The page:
I doubt it's the agent who has talked up the price. He/she won't have told the vendors they can get a really high price.

    It will have been the other way around, i.e. the vendors want lots and it's his job to try and get it.
    Squadly dinky do!

  5. #5
    Join Date
    Apr 2009
    Posts
    994

    Default

    Nevertheless, the agent is obligated to present your written offer to the vendor.

  6. #6
    Join Date
    Oct 2013
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    1,628

    Default

    It makes perfect logical sense for subdivision potential to be priced into the asking price - though then discounted for the risks of not being able to do it, as well as the costs and effort involved in doing it.

    Take a fun hypothetical. I have a block of chocolate, which you can buy from any supermarket for $3. But my block of chocolate has a small (1%) chance of having a $5,000 cheque inside. A sensible person would pay more than $3 for this chocolate bar. Statistically, they'd pay anything up to $53 (being 1% chance of $5k, as well as $3 value of chocolate); that is its true worth. Depending on a bunch of factors, different people would pay more or less. If there were costly hoops to jump through to bank the cheque, the value would reduce accordingly.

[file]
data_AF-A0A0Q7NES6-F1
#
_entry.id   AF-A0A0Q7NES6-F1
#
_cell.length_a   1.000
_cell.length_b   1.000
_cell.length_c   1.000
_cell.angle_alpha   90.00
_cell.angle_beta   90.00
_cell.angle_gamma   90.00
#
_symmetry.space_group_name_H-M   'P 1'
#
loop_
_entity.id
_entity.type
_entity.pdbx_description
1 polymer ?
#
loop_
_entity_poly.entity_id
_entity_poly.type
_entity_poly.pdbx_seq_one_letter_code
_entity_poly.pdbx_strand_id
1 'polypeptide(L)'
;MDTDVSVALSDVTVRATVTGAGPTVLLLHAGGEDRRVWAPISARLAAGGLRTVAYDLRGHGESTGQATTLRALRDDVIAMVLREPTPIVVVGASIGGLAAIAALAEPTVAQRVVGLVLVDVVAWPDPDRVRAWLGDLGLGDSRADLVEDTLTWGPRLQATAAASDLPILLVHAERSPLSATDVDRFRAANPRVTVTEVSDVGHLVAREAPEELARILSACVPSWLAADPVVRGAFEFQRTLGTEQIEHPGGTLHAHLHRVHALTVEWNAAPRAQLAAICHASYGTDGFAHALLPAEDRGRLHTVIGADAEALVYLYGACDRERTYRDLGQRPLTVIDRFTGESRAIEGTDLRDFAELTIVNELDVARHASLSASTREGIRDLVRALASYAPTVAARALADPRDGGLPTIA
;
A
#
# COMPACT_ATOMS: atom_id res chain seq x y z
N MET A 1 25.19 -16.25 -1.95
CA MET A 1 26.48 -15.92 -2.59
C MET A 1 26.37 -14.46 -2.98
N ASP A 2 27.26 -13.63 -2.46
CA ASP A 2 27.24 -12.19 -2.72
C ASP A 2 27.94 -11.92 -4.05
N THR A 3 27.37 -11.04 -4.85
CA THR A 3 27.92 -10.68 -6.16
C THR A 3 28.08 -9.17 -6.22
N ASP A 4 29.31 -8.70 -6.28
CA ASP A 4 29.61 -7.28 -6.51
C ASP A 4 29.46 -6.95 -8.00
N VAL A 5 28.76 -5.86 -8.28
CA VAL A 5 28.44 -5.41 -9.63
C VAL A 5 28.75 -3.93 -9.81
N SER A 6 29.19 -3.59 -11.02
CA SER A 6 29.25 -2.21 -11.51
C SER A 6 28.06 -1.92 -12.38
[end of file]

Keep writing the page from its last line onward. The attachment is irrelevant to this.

"But I don't want to pay $53 for a chocolate bar that might only be worth $3!" you may say? Well, someone else will. So that's what it's worth to the market.

    In your property case, the potential for subdivision makes the house worth more to people who want to subdivide. So, assuming there are people who want to subdivide, that's what it's worth.

    Otherwise, what stops you from buying at a lower price, then selling to someone who wants to subdivide for more?


    In saying that, don't pay a cent more than it's worth to you. Know your price, stick with it. If the vendor wants more, find somewhere else. There are a lot of houses out there.
    AAT Accounting Services - Property Specialist Accounting - AATAccounting.co.nz
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  7. #7